• Spencer Low

From the curry puff to the digital and green transitions

Yesterday, June 10, was Portugal's national day and our Portuguese friends are enjoying a long weekend. The Portuguese ambassador to Singapore, His Excellency Mário Miranda Duarte, wrote an opinion piece published by the local Business Times: https://www.businesstimes.com.sg/opinion/from-the-curry-puff-to-the-digital-and-green-transitions-portugal-is-reshaping-globalisation

Lisbon, capital of Portugal, will once again host the Web Summit this year, in November. FORMATION PROJECT

Since the article sits behind a paywall, I've reproduced some key sections here for general readers. His Excellency opens with a reminder of the historic ties that Portugal has with this part of the world:

THE discovery of a new trade route between Europe and Asia around the Cape of Good Hope by the Portuguese navigator Vasco da Gama, in 1498, was a pivotal moment in history. The encounter of continents and cultures brought about by the Portuguese voyages led to the rise of global trade and showed the need for a common set of norms for commercial interactions, safety of navigation and various exchanges, a process which many consider the first globalisation.
The legacy of the Portuguese presence in Southeast Asia through the 16th and 17th centuries can still be found in many dimensions of our lives: from linguistic influences to clothing, from religious celebrations to, of course, gastronomy. If it is common knowledge that Portugal’s iconic pastel de nata inspired the famous egg tart, fewer appreciate that, for instance, the curry puff initially arrived in the region by the hands of Portuguese spice traders in the form of empadas, a popular Portuguese snack.

For more details on the origins of the curry puff, a common snack in Southeast Asia, check out this article: https://twitter.com/PortugueseAsia/status/1349009622141722625?s=20&t=Yn_qcFKRQ-uoWFsrg7aZ8A


His Excellency continues with commentary on Portugal's economic strategy and advantages that survived the test of the Covid pandemic, and then highlights a meaningful investment link between Portugal and Singapore:

Just like Singapore, Portugal is a maritime nation increasingly affected by climate change. For that reason, Portugal is leading the energy transition process in the EU and was the first country in the world to take on the goal of carbon neutrality by 2050. Due to a favourable geography and a sound investment in green energy, Portugal’s share of electricity from renewables is among the highest in the world (62 per cent) and representing around 1.6 per cent of the country’s GDP.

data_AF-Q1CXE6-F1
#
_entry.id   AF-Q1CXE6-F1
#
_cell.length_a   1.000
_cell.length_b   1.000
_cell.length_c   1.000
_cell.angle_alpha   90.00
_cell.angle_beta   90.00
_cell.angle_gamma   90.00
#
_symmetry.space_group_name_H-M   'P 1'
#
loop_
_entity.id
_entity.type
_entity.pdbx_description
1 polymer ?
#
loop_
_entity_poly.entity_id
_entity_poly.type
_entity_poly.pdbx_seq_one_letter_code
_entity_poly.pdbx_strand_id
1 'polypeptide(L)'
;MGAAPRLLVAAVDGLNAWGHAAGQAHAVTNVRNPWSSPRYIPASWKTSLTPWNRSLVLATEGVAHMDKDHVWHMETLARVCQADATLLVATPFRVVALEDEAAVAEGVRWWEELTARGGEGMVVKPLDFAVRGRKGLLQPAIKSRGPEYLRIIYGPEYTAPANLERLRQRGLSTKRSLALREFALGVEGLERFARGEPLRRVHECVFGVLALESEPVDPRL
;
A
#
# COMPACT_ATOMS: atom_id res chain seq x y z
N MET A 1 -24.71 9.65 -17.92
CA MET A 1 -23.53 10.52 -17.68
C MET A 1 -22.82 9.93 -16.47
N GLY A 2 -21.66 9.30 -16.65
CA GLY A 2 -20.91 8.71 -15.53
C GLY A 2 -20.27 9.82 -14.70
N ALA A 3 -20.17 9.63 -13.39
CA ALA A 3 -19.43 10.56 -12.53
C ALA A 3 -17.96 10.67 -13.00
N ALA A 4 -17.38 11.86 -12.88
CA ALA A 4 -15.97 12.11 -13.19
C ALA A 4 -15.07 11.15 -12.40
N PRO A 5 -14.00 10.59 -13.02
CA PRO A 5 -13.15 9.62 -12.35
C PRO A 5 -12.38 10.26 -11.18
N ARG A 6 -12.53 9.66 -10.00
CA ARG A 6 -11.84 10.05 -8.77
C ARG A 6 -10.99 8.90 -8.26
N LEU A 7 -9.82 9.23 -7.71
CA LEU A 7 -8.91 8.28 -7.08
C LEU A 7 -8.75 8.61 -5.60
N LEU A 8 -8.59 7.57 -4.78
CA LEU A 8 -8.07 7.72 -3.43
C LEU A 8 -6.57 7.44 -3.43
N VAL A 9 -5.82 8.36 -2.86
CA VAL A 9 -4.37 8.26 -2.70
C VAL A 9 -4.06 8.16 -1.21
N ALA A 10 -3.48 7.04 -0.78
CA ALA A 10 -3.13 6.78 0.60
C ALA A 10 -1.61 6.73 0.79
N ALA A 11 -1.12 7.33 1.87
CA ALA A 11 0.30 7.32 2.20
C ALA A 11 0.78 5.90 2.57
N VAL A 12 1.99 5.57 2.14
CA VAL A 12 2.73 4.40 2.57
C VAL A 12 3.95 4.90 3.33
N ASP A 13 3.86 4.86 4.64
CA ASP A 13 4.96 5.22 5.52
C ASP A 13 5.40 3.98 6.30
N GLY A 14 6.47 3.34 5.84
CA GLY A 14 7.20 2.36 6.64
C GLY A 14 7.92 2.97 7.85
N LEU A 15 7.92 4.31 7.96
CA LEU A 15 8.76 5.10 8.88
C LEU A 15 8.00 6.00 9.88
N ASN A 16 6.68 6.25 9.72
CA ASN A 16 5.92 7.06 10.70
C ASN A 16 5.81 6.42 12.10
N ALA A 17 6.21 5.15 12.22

One of the most successful stories in this journey has certainly been the one of EDP Energias de Portugal, a global energy transition leader. EDP has recently acquired the majority of Sunseap Group, a Singapore-based company and reference in solar generation, with more than 600 employees and exposure to 8 countries in the region. This movement uniting two leaders in energy strengthens the ties between both countries in the quest towards cleaner, more reliable, more affordable and more secure energy.

The article continues by highlighting the fact that Portugal will co-host the United Nations Ocean Conference along with Kenya later this month, and also that Portugal has the largest Exclusive Economic Zone in the EU and the 10th largest worldwide. Just before closing, there's an interesting passage that was news to me:

Portugal holds a strategic position in the Atlantic front and in the crossroads of important shipping routes, notably through the deep-water Port of Sines. In fact, Singapore’s investment in the Port of Sines, where PSA’s subsidiary – PSA Sines – operates the Sines Container Terminal since the 2000, contributed tremendously to Portugal’s emergence in global logistics and in the world economy. PSA Sines is currently investing in the terminal’s expansion with a view to double the terminal’s handling capacity from the current 2 million to 4 million containers a year by 2025.

As Ambassador Duarte pointed out in a radio interview, the Portuguese were the first Europeans to make contact with Southeast Asia. Five hundred years later, the ties are being renewed and hopefully strengthened.

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